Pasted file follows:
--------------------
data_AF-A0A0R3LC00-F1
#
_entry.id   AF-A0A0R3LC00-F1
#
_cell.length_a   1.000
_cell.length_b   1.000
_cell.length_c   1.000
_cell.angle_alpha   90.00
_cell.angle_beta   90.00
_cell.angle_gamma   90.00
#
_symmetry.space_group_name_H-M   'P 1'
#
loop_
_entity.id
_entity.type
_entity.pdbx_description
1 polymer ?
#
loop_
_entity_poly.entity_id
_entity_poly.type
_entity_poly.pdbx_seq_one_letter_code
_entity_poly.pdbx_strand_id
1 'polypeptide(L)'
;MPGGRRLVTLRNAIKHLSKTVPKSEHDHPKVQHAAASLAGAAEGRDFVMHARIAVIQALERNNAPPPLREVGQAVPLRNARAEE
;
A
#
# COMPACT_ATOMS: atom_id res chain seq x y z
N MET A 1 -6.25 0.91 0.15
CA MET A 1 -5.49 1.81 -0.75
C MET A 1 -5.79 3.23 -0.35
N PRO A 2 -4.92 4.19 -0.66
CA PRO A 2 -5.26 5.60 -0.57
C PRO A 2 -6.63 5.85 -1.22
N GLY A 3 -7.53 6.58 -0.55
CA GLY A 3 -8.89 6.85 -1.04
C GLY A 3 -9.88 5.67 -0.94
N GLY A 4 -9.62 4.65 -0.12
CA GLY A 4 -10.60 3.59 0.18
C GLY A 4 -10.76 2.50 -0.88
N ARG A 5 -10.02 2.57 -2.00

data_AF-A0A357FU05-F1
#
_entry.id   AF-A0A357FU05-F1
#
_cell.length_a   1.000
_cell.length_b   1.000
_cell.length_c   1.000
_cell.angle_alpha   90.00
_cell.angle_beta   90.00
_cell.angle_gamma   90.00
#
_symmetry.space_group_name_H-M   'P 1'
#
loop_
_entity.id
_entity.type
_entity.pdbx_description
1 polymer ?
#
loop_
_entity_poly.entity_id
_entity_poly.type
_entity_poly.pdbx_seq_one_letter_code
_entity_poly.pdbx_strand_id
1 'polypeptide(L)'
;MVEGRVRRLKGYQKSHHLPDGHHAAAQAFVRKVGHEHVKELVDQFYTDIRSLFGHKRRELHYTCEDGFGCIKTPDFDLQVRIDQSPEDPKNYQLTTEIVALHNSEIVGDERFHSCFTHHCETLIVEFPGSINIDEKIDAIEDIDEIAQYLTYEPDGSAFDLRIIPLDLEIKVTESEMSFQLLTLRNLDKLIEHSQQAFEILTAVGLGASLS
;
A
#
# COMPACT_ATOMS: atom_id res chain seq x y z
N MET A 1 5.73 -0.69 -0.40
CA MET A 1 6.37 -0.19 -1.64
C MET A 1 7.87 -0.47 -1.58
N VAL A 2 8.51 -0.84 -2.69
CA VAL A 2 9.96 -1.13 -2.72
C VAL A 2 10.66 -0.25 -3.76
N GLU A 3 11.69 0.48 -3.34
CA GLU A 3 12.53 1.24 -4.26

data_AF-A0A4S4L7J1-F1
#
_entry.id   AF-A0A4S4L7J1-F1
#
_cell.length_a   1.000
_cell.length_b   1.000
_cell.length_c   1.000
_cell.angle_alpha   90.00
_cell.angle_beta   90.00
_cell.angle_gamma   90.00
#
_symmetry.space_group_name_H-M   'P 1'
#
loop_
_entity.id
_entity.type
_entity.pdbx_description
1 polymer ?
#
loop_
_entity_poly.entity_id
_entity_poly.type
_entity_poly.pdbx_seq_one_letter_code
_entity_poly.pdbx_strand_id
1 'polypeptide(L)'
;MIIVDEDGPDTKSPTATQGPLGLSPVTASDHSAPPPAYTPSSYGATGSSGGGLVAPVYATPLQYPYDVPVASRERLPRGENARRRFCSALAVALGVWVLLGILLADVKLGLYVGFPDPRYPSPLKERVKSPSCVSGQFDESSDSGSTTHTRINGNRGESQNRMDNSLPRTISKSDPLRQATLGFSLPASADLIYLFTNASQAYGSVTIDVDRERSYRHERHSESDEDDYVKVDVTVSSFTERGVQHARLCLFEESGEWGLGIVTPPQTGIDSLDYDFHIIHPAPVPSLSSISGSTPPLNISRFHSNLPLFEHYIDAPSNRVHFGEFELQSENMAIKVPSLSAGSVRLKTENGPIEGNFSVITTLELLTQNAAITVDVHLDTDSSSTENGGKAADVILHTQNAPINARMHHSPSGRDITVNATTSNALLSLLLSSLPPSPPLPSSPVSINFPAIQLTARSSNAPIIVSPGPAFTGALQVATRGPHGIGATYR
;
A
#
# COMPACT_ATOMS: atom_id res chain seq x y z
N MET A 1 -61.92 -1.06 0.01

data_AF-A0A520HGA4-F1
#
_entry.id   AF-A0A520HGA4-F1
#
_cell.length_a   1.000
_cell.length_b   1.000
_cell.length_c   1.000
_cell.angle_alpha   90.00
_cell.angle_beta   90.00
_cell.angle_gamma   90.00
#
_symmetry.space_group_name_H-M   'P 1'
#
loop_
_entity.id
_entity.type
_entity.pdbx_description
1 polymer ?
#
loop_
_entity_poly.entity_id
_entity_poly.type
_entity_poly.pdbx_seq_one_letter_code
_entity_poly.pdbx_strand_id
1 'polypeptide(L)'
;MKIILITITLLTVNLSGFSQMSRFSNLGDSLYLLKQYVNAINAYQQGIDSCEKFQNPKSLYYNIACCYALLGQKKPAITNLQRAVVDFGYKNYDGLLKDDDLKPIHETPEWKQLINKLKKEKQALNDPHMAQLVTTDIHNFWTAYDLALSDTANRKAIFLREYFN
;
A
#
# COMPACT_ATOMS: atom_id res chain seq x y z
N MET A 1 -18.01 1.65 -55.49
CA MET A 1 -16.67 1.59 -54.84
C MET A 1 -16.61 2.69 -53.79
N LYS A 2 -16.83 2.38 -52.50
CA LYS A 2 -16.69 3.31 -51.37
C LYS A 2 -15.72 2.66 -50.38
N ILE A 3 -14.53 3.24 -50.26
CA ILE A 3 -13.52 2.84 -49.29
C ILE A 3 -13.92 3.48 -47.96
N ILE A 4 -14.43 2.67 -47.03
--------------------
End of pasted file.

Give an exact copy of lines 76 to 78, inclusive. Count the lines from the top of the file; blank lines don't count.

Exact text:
C MET A 1 7.87 -0.47 -1.58
N VAL A 2 8.51 -0.84 -2.69
CA VAL A 2 9.96 -1.13 -2.72